Raoul Cunningham: "Having been a product of a good educational system, although it was segregated, I know it can be equal with proper resources. But at this point, that has never happened."
David Jones Jr.: "If we resegregate, and west Louisville kids stay in west Louisville, it will be very surprising to me if resources flow there in the way they need to."
Chris Kolb: "It's almost impossible to provide enough resources over a long enough period of time to counteract the effects of highly concentrated poverty in schools."
SEE IT: A teacher, counselor and principal Rothel Farris on busing
Marty Pearl/Special to Courier Journal, Louisville Courier Journal
Freda Merriweather, retired principal and assistant superintendent: "The concern is that when you have Black schools and white schools, is the district going to pay enough attention to what happens in the Black schools?"
Faye Owens: "The new student assignment plan is like a skeleton. They say a lot, but there are no details. There's no timeline. We don’t know how much money."
Diane Porter: "Schools can be separate and be exceptional. But it has to have an intentional plan to get you there."
Linda Duncan: "This won't work unless we are willing to at least double our resources downtown."
James Craig: "The high school that we're going to have to build in the West End, if this does pass, is going to have to be the best damn school in the state of Kentucky. They deserve it."
Brent McKim: "I would try to avoid taking anything away from another school. But as new resources become available, allocate more of the new resources where they're needed the most."
Raoul Cunningham: "When they talk about new programs, what guarantees are there that what they propose now will be in effect, say, a year from now? Or two years from now? What guarantees are there to the community?"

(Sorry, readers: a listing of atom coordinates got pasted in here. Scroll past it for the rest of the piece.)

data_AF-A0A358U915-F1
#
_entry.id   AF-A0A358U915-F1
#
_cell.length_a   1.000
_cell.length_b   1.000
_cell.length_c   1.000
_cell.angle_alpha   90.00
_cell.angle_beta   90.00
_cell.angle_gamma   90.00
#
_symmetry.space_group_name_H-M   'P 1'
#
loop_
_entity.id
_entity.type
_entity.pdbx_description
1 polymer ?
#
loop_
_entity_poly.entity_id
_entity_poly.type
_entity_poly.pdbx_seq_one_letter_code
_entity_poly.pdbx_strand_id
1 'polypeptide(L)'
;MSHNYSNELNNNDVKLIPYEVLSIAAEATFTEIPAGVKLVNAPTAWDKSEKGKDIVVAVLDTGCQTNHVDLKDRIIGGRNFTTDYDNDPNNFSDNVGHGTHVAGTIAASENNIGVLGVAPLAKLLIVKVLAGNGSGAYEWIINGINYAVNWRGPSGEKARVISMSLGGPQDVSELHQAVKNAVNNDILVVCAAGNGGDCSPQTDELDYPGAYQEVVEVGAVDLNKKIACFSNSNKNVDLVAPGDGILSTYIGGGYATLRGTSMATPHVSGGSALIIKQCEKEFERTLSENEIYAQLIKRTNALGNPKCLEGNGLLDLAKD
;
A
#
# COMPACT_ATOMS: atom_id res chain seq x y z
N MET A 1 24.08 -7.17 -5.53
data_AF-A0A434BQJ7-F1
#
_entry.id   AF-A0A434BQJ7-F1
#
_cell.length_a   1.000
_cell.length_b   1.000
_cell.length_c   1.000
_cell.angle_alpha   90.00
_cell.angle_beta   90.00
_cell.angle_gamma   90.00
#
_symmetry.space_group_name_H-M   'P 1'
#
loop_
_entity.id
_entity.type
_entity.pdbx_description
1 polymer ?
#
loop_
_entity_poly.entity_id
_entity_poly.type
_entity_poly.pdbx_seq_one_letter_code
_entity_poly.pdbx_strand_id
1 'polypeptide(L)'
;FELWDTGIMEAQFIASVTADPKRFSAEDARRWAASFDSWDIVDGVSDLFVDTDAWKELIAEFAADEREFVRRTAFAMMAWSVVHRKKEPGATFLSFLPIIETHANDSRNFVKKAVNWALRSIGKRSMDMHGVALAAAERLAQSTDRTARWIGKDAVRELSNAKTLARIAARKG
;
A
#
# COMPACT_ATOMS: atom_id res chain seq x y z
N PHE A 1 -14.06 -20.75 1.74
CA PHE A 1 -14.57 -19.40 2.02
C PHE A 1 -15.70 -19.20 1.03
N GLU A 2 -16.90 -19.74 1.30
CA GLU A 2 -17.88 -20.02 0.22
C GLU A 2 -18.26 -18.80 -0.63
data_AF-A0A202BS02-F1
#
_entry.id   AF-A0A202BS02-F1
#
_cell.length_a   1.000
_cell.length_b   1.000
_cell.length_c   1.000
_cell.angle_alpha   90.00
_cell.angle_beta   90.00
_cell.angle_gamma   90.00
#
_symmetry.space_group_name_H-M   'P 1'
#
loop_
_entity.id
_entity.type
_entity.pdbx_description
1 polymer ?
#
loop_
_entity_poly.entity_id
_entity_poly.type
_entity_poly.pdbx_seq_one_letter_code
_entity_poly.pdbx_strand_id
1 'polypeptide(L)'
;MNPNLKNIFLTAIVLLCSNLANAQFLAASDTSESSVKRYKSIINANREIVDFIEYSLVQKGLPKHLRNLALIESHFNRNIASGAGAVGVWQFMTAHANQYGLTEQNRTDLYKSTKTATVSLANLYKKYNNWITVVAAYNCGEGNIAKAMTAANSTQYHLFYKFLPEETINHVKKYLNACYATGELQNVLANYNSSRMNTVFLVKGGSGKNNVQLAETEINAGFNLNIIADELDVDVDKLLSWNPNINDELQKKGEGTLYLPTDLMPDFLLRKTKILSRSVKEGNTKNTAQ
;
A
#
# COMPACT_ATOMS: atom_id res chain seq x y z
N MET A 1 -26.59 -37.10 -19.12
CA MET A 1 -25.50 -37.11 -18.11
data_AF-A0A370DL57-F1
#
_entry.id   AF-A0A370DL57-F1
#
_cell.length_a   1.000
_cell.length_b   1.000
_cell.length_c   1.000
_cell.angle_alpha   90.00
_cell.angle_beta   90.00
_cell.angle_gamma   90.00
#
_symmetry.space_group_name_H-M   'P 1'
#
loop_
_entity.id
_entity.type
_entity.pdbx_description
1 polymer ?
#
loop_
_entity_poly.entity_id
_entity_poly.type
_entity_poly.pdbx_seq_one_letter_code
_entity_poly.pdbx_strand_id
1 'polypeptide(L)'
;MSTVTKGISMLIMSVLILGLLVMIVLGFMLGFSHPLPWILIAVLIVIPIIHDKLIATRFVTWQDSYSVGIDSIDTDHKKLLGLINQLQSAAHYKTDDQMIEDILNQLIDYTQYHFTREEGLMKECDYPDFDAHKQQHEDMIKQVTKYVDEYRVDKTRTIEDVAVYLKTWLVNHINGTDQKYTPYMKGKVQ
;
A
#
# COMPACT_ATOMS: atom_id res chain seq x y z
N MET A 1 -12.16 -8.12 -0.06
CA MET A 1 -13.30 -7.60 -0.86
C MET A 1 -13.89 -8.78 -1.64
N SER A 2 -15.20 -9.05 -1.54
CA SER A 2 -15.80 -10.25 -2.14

Carletta Bell: "If your choice is, 'Go where I know I'm not wanted, or stay where I don't have the resources,' you really do not have a choice."
What it will take to bring racial equity
The Jefferson County Board of Education passed a resolution last fall expressing how it would spend $54 million in new annual property tax revenue. But some remain skeptical about how — or if — those funds will work in tandem with potential changes to student assignment, citing the district's poor track-record in ensuring majority-Black and low-income schools have the resources they need to succeed.
Wayne Lewis: "Funding is important. … But the absolute most important school factor in determining whether or not kids get a high-quality education is whether they have a great teacher in that classroom."
Carletta Bell: "We have talked with many of the current principals serving our students, and they have gone the whole school year, some of them, without a certified teacher. … This is a problem that's been going on for years."
Wayne Lewis: "There are astronomical rates of teacher turnover."